From the award-winning and New York Times bestselling author of Once and for All
To find the truth you’ve got to be willing to hear it.
When she’s modeling, Annabel is the picture of perfection.
But her real life is far from perfect.
Fortunately, she’s got Owen. He’s intense, music-obsessed, and dedicated to always telling the truth.
And most of all, he’s determined to make Annabel happy. . .
“This is young adult fiction at its best.” —School Library Journal
Sarah Dessen is the winner of the Margaret A. Edwards Award for her contributions to YA literature, as well as the Romantic Times Career Achievement Award.
Books by Sarah Dessen:
Someone Like You
Keeping the Moon
The Truth About Forever
Lock and Key
Along for the Ride
What Happened to Goodbye
The Moon and More
Once and for All
Annabel Greene, who narrates, lives with her gorgeous sisters in a glass house designed by their architect father, in Dessen's (This Lullaby) familiar suburb of Lakeview. Predictably, the surface perfection masks trouble. Oldest sister Kirsten, "the family powder keg," has left for New York. When middle sister Whitney follows to pursue a modeling career, the two clash, and Whitney returns home with a full-blown eating disorder. Their mother, Grace, operates in what Annabel wryly calls the "default Greene family mode," pretending everything is just fine. Annabel, who inherited this trait, nevertheless begins her junior year as a pariah. Flashbacks reveal that her unwanted status is the result of something that happened with the boyfriend of her ex-best friend, a vicious girl who believes "everyone had a place and it was her job to make sure you knew yours." What moves this story beyond problem novel fare is Dessen's nuanced characters, especially hulking Owen, another outcast who, in befriending Annabel, reminds her not to judge by appearances, while steeping her in his eclectic musical tastes. Annabel sharply observes everyone's blinders, including most of her own with one disturbing exception. The heroine paints her problem as social ostracism, when really the situation is much more serious. But since Annabel " do confrontations," she swallows the truth until her attacker victimizes someone else. Comparisons to Melinda, the heroine of Laurie Halse Anderson's Speak, are inevitable. Dessen packs a lot into this novel, perhaps too much; but Annabel and Owen's finely limned connection alone gives this novel staying power. Ages 12-up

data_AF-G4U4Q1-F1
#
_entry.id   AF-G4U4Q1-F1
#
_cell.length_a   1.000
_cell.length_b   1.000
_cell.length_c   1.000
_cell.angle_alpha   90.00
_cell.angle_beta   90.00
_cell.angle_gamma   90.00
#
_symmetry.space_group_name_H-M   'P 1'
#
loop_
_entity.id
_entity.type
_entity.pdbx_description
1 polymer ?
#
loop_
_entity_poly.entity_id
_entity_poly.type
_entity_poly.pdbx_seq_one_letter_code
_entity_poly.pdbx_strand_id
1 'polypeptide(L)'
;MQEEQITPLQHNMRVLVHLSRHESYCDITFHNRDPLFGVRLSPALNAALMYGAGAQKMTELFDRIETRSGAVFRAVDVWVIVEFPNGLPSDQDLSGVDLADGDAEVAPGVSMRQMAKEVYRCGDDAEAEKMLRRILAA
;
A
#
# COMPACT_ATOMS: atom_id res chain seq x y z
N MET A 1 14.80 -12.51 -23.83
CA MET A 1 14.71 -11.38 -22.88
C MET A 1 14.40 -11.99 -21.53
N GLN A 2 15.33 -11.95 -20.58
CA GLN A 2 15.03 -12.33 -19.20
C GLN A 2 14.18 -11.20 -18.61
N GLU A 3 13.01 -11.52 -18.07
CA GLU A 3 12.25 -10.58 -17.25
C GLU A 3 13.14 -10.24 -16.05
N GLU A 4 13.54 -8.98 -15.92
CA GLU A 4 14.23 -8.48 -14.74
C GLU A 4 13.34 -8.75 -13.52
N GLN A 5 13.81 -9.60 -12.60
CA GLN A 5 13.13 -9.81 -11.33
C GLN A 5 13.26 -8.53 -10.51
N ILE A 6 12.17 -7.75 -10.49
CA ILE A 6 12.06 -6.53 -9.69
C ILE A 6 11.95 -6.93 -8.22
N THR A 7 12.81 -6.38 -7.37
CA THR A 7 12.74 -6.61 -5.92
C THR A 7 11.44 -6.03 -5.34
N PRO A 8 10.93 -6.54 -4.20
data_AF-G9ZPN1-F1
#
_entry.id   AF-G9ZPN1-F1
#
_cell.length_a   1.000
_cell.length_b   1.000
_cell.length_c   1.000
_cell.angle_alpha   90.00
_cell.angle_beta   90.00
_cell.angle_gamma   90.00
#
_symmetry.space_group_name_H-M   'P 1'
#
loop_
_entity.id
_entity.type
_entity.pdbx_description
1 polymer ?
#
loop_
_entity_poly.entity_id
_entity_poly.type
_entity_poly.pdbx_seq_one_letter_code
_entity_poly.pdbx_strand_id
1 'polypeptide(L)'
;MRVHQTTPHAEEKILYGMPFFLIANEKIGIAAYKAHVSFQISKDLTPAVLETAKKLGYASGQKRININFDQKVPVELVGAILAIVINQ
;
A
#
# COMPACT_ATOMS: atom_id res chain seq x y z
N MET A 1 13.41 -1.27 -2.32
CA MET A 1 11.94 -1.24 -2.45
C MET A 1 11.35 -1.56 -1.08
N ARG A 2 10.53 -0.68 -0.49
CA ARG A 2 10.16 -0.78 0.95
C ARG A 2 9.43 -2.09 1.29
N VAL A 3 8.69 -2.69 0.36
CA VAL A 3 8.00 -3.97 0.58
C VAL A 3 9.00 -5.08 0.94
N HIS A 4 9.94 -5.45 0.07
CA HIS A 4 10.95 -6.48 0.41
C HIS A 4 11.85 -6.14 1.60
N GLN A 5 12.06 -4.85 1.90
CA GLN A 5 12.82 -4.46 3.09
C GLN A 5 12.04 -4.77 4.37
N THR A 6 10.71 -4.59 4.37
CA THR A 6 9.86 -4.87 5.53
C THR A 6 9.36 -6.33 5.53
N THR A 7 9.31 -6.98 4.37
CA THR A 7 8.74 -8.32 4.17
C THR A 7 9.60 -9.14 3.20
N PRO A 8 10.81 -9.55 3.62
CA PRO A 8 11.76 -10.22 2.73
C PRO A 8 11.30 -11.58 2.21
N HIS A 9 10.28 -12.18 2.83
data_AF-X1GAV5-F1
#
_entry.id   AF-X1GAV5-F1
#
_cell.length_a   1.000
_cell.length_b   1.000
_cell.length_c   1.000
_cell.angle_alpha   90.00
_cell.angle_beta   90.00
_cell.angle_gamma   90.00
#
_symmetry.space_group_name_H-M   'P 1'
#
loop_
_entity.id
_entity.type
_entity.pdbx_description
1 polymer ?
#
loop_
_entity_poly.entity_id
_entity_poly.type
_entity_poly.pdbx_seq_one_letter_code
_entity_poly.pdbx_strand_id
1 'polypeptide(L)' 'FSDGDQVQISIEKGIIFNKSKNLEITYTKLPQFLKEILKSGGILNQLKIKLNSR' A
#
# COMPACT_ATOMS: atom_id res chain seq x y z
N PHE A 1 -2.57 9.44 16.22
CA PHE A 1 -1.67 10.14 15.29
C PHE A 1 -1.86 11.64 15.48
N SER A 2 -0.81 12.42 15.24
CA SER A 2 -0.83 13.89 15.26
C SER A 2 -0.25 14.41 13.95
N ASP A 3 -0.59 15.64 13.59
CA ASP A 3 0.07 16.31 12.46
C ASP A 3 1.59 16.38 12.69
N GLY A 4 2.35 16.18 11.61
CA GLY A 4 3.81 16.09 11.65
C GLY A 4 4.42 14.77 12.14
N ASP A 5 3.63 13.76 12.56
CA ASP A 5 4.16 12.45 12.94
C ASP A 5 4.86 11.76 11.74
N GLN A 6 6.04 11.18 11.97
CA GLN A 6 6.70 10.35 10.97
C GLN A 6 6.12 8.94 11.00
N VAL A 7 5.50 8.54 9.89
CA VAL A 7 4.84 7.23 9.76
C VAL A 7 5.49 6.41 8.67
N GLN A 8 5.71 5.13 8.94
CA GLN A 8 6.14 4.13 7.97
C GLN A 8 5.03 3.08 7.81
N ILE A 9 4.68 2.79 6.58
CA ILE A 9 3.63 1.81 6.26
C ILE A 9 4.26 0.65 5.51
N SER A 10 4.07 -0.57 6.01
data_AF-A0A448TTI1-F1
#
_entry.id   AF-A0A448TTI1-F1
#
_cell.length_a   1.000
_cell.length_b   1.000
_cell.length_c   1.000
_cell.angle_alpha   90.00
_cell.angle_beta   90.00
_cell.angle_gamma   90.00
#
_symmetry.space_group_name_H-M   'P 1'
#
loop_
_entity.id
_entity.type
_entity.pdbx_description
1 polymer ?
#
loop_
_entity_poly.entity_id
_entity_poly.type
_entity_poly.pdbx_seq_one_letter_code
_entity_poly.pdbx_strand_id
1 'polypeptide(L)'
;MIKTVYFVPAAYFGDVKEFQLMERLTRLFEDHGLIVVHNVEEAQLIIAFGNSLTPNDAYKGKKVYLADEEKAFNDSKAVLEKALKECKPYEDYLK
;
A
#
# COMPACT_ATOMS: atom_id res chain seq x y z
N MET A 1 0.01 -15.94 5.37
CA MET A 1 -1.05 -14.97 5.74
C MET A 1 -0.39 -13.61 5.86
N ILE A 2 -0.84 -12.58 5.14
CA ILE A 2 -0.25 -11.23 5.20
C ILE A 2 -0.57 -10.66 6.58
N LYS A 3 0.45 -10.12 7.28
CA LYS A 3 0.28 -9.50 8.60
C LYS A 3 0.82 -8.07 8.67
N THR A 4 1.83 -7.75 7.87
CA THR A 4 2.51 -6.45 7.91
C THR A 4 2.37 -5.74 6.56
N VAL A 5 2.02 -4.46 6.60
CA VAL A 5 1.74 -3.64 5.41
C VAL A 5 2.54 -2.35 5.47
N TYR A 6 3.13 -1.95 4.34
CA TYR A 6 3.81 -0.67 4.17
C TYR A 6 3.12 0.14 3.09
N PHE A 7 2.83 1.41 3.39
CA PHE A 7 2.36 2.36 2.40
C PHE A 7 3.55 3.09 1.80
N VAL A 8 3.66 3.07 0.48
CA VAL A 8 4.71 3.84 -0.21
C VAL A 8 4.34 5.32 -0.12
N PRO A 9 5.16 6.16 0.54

Read this book in high school, still one of my favourite books